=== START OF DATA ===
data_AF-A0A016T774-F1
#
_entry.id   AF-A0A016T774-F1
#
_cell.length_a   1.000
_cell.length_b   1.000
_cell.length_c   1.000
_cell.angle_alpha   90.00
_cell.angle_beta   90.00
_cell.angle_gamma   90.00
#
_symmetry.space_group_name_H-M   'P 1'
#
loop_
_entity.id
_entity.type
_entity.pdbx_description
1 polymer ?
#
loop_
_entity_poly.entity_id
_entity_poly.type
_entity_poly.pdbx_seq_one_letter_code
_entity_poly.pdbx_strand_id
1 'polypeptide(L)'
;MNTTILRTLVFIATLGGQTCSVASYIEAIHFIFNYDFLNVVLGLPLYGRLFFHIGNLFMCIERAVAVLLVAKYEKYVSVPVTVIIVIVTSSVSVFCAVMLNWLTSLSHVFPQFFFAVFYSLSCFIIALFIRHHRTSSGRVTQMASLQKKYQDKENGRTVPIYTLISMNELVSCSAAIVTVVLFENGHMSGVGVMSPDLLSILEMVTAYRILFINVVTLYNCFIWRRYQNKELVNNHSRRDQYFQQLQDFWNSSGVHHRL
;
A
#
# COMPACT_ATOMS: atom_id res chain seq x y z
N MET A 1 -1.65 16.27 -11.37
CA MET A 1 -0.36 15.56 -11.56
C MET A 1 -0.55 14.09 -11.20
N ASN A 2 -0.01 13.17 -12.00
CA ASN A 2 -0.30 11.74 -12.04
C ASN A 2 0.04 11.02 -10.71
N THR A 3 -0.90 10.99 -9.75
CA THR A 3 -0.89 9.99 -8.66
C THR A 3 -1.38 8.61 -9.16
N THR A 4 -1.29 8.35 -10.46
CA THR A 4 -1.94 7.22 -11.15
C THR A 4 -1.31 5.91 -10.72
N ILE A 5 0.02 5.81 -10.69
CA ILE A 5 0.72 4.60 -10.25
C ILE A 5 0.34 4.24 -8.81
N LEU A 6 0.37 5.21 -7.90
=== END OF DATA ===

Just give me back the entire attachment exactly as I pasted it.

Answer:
data_AF-A0A016T774-F1
#
_entry.id   AF-A0A016T774-F1
#
_cell.length_a   1.000
_cell.length_b   1.000
_cell.length_c   1.000
_cell.angle_alpha   90.00
_cell.angle_beta   90.00
_cell.angle_gamma   90.00
#
_symmetry.space_group_name_H-M   'P 1'
#
loop_
_entity.id
_entity.type
_entity.pdbx_description
1 polymer ?
#
loop_
_entity_poly.entity_id
_entity_poly.type
_entity_poly.pdbx_seq_one_letter_code
_entity_poly.pdbx_strand_id
1 'polypeptide(L)'
;MNTTILRTLVFIATLGGQTCSVASYIEAIHFIFNYDFLNVVLGLPLYGRLFFHIGNLFMCIERAVAVLLVAKYEKYVSVPVTVIIVIVTSSVSVFCAVMLNWLTSLSHVFPQFFFAVFYSLSCFIIALFIRHHRTSSGRVTQMASLQKKYQDKENGRTVPIYTLISMNELVSCSAAIVTVVLFENGHMSGVGVMSPDLLSILEMVTAYRILFINVVTLYNCFIWRRYQNKELVNNHSRRDQYFQQLQDFWNSSGVHHRL
;
A
#
# COMPACT_ATOMS: atom_id res chain seq x y z
N MET A 1 -1.65 16.27 -11.37
CA MET A 1 -0.36 15.56 -11.56
C MET A 1 -0.55 14.09 -11.20
N ASN A 2 -0.01 13.17 -12.00
CA ASN A 2 -0.30 11.74 -12.04
C ASN A 2 0.04 11.02 -10.71
N THR A 3 -0.90 10.99 -9.75
CA THR A 3 -0.89 9.99 -8.66
C THR A 3 -1.38 8.61 -9.16
N THR A 4 -1.29 8.35 -10.46
CA THR A 4 -1.94 7.22 -11.15
C THR A 4 -1.31 5.91 -10.72
N ILE A 5 0.02 5.81 -10.69
CA ILE A 5 0.72 4.60 -10.25
C ILE A 5 0.34 4.24 -8.81
N LEU A 6 0.37 5.21 -7.90